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Cannes 08: “Changeling.”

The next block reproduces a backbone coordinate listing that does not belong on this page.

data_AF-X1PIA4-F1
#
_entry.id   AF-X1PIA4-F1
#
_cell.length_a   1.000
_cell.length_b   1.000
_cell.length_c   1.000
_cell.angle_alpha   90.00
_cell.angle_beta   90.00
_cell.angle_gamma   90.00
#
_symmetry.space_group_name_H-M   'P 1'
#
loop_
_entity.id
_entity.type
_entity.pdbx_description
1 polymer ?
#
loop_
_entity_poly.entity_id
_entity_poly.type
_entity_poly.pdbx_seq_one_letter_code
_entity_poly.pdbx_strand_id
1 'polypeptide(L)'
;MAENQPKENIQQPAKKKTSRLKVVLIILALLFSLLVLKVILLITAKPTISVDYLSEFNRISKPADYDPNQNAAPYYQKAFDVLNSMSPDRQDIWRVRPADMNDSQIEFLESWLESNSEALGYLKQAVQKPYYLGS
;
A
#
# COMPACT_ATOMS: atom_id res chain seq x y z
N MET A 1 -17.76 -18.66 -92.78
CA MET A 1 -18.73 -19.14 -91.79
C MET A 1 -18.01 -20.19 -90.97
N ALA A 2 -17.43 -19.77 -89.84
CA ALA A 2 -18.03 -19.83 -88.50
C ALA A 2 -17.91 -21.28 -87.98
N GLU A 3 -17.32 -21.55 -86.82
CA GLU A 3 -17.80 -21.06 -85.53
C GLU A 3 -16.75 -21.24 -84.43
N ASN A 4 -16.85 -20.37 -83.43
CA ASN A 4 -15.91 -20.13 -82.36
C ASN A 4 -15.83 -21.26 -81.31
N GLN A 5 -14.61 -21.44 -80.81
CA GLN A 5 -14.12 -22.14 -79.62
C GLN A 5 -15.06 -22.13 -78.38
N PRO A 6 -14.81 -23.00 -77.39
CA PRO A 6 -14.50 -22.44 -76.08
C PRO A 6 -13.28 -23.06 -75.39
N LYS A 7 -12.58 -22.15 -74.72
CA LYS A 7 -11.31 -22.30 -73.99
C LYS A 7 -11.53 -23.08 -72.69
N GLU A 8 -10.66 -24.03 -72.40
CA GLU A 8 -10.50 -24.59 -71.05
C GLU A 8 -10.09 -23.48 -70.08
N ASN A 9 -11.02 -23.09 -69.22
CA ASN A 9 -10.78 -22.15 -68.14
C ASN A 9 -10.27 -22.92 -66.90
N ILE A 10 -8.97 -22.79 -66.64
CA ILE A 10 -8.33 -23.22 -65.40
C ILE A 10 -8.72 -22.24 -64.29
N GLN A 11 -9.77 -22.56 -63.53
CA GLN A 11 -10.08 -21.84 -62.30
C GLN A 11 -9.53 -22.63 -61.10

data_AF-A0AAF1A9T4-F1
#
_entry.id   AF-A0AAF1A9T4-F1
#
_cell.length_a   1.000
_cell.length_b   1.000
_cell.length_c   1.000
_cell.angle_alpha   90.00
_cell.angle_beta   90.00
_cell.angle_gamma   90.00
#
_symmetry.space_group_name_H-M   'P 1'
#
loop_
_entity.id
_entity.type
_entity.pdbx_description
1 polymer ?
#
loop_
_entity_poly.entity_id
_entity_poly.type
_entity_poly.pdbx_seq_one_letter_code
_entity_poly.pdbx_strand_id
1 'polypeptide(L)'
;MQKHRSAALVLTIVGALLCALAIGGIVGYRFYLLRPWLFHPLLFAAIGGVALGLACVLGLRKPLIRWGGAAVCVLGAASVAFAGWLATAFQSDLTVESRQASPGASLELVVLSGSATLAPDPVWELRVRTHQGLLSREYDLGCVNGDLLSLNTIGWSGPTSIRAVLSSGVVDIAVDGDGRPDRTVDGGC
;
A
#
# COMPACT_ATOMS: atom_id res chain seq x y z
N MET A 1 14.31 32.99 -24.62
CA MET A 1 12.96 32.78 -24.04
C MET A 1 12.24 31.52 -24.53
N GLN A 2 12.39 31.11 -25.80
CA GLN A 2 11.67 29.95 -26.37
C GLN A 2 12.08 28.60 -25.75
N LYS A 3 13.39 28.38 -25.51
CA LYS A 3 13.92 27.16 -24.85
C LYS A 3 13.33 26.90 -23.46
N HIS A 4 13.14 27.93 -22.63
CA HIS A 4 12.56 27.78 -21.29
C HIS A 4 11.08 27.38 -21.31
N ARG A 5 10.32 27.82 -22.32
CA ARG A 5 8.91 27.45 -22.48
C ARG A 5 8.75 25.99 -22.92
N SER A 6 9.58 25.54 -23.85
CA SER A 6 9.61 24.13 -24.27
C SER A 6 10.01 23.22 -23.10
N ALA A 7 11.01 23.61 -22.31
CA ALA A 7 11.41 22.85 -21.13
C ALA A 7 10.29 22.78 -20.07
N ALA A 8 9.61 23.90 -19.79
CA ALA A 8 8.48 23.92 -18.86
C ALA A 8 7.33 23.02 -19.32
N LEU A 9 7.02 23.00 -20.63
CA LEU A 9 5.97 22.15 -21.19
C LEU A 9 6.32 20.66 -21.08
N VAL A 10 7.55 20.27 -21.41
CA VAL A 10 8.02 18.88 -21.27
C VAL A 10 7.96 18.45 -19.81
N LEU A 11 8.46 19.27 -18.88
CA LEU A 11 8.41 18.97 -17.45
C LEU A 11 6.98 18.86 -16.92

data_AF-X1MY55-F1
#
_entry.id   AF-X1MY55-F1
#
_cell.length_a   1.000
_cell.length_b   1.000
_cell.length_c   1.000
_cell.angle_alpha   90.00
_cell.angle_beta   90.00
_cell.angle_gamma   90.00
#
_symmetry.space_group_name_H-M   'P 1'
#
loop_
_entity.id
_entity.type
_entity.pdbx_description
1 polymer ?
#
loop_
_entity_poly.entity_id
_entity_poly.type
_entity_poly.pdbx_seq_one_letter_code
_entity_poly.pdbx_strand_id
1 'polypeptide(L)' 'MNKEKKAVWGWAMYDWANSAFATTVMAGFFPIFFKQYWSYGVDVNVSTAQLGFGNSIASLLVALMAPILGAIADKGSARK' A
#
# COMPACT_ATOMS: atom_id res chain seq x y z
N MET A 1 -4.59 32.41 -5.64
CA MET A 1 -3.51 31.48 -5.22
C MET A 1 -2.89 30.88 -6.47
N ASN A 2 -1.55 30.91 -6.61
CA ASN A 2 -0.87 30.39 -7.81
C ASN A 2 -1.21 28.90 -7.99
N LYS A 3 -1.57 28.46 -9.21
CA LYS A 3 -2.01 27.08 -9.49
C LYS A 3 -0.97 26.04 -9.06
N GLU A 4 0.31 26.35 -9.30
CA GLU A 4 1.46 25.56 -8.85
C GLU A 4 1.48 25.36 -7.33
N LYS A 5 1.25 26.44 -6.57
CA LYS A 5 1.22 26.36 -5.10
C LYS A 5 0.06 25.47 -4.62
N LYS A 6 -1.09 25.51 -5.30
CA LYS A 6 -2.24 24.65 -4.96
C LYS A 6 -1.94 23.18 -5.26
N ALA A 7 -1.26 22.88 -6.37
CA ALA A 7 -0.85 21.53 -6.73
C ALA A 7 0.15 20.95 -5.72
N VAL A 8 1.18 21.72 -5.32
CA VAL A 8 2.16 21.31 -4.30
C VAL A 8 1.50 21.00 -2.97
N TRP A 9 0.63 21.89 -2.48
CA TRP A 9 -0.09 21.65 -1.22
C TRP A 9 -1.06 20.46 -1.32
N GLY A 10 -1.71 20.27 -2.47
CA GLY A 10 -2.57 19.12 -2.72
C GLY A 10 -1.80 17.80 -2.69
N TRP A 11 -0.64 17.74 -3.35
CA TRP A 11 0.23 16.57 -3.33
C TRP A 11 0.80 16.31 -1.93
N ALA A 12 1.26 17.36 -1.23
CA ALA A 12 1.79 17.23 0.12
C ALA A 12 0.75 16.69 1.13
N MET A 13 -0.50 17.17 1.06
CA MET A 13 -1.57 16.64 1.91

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05212008_changeling.jpgA cloche-wearing madonna, Angelina Jolie is the porcelain personification of trembling courage and devoted motherhood in “Changeling.” As Christine Collins, entire scenes exist solely for the world’s most famous collector of international orphans to allow her eyes to well up as, clutching her hands over her mouth, she gives in to despair of ever finding Walter, her kidnapped son. Other times, the facade shatters and she shrieks “He’s not my son! He’s not my son!” Or “Did you kill my son?! Did you kill my son?!” Or “No! No! No!” Someone actually refers to her as having “moxie,” which is something you were allowed to say without airquotes in the 1920s, when the film is set, but which isn’t so accurate — mostly she picturesquely suffers and droops and then lifts her chin and enlists the help offered her by those who’d like to use her case as a weapon against the corrupt Los Angeles Police Department.